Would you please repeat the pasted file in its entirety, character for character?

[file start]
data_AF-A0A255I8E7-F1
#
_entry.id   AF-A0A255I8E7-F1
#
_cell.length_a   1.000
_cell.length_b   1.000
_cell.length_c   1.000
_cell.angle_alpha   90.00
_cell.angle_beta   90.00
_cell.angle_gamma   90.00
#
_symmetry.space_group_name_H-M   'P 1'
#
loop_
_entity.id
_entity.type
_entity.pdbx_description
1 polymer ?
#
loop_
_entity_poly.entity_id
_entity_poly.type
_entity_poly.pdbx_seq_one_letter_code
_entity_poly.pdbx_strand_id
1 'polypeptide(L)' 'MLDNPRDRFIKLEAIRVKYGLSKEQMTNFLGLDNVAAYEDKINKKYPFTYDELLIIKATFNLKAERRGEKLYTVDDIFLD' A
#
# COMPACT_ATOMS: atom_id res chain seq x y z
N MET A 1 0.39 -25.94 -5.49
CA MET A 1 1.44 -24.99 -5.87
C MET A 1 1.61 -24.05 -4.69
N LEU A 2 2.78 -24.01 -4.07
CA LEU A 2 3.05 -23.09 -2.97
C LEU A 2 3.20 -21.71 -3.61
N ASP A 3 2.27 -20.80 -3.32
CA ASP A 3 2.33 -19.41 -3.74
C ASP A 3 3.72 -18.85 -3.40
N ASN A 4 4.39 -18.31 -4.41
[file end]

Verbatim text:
data_AF-A0A255I8E7-F1
#
_entry.id   AF-A0A255I8E7-F1
#
_cell.length_a   1.000
_cell.length_b   1.000
_cell.length_c   1.000
_cell.angle_alpha   90.00
_cell.angle_beta   90.00
_cell.angle_gamma   90.00
#
_symmetry.space_group_name_H-M   'P 1'
#
loop_
_entity.id
_entity.type
_entity.pdbx_description
1 polymer ?
#
loop_
_entity_poly.entity_id
_entity_poly.type
_entity_poly.pdbx_seq_one_letter_code
_entity_poly.pdbx_strand_id
1 'polypeptide(L)' 'MLDNPRDRFIKLEAIRVKYGLSKEQMTNFLGLDNVAAYEDKINKKYPFTYDELLIIKATFNLKAERRGEKLYTVDDIFLD' A
#
# COMPACT_ATOMS: atom_id res chain seq x y z
N MET A 1 0.39 -25.94 -5.49
CA MET A 1 1.44 -24.99 -5.87
C MET A 1 1.61 -24.05 -4.69
N LEU A 2 2.78 -24.01 -4.07
CA LEU A 2 3.05 -23.09 -2.97
C LEU A 2 3.20 -21.71 -3.61
N ASP A 3 2.27 -20.80 -3.32
CA ASP A 3 2.33 -19.41 -3.74
C ASP A 3 3.72 -18.85 -3.40
N ASN A 4 4.39 -18.31 -4.41